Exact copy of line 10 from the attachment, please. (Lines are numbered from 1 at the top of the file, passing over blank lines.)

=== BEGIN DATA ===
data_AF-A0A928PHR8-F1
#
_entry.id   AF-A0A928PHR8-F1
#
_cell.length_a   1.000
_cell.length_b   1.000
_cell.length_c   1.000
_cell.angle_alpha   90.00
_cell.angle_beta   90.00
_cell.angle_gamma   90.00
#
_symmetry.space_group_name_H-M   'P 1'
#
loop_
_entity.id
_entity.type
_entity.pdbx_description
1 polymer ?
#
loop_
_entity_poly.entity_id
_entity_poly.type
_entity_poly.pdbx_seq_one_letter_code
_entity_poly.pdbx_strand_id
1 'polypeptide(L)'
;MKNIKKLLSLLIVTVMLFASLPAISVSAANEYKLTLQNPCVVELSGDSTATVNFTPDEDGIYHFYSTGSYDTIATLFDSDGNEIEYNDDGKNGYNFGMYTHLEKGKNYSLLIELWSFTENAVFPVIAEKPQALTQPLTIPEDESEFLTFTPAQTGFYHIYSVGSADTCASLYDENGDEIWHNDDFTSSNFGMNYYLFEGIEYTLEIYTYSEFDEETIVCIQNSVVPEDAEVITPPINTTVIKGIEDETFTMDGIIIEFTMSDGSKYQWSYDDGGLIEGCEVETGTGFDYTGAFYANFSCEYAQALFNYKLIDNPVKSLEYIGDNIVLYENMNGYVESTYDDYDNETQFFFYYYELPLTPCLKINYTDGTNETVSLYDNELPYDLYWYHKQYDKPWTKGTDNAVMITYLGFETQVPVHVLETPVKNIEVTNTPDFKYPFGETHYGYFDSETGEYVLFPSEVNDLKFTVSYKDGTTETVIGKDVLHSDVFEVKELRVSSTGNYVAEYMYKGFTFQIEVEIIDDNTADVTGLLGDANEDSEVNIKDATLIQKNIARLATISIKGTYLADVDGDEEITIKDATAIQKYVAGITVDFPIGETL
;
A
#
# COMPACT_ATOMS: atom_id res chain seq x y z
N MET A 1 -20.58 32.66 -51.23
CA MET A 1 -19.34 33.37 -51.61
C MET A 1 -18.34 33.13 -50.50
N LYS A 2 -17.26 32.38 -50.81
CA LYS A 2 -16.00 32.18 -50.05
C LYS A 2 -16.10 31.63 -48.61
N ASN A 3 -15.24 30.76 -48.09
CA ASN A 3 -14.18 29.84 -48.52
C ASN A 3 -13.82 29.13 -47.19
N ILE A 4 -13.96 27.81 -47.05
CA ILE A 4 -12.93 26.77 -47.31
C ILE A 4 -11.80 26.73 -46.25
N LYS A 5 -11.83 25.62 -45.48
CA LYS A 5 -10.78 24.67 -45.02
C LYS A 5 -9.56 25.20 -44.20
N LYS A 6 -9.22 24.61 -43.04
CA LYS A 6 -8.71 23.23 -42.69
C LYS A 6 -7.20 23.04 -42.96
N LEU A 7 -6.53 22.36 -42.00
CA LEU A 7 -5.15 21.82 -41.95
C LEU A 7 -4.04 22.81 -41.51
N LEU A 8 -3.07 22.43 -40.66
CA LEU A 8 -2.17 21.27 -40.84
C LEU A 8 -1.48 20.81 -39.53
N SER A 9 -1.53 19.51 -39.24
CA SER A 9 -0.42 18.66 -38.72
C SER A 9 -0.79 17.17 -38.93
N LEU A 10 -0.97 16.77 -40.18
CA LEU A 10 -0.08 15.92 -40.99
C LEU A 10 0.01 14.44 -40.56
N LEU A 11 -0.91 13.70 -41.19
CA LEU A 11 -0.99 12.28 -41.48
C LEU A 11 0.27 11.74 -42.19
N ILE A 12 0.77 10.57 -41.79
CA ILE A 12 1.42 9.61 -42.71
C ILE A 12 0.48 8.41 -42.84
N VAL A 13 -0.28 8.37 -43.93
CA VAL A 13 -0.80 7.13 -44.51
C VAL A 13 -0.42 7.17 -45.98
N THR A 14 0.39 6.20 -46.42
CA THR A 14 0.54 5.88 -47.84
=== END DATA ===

_cell.angle_gamma   90.00